Page 40 - Nov 19 TNT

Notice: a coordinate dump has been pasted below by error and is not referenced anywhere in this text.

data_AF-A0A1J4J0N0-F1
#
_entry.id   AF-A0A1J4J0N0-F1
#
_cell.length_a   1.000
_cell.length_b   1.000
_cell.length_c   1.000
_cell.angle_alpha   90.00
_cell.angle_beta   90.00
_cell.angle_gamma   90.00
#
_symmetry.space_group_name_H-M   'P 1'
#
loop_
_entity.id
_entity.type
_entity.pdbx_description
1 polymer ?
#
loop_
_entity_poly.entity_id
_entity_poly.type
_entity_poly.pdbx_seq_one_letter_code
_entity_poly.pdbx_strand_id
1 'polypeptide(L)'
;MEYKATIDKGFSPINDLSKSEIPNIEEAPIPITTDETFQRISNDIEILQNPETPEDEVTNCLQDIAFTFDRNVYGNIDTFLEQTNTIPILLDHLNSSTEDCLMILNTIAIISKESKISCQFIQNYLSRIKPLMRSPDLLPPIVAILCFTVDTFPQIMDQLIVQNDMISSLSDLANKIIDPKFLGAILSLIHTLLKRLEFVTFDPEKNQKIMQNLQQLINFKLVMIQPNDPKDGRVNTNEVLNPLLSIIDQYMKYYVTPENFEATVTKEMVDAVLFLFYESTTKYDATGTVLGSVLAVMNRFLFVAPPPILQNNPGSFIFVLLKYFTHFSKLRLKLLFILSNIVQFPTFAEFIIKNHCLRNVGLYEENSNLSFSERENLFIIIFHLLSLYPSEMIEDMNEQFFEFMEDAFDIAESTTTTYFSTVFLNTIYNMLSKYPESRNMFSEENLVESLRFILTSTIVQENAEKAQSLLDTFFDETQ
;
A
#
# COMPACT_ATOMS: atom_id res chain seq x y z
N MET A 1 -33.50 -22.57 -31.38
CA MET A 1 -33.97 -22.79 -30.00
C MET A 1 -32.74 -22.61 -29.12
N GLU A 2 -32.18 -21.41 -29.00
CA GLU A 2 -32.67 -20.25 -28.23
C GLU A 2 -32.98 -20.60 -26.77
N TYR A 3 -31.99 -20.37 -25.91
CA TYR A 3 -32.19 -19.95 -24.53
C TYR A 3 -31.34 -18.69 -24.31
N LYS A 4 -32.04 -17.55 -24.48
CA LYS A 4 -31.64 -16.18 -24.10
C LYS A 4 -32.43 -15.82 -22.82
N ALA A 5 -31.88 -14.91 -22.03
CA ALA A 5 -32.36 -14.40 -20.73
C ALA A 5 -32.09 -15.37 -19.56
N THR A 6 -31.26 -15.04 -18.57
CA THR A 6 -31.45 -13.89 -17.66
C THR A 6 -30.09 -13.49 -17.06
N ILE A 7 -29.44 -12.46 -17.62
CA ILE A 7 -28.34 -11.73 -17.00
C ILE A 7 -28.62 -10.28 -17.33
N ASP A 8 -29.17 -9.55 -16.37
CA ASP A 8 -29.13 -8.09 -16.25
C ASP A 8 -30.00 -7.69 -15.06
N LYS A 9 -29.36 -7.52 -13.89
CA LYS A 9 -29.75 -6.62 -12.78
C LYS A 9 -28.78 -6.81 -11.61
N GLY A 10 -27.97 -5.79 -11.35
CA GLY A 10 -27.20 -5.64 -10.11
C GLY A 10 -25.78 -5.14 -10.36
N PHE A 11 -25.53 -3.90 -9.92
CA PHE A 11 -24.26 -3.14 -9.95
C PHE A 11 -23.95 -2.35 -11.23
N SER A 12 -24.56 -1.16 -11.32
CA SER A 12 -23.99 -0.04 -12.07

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 Only in America by Kevin Ware  I am 15,500 feet over the approach end of Runway 26L at McCarran International Airport (KLAS) in Las Vegas. I am in a Cessna 340 and not required to talk to anyone on the radio. But for awareness reasons, I have the tower controller on Com 1, who is talking nonstop to inbound airline traffic. On Com 2, I have the approach controller whose frequency I could not get a word in even if I wanted to. But with the transponder code set to 1200 and ADS-B on, I am perfectly legal up here. In fact, I have not keyed the mic even once since leaving Concord back in the San Francisco Bay area an hour ago. This could only be done in America. Two days earlier, my wife Kari and I left Seattle in our Cessna 340 for an extended personal and business trip through the Southwest. I regularly fly jets IFR in the flight levels and talk with controllers constantly, so when I go on a personal flight, I try to stay in the lower altitudes and avoid talking to anyone. Generally, the altitudes between 12,500 feet and 17,500 feet are nearly empty of traffic. This is because turbine aircraft really need to get into the flight levels for efficiency reasons, and non-pressurized piston aircraft try to stay below 12,500 feet because they don’t want to put on the O2 mask. So, in that one-mile thick slice of airspace between 12,000 and 17,000 feet, 38 • TWIN & TURBINE / November 2019 

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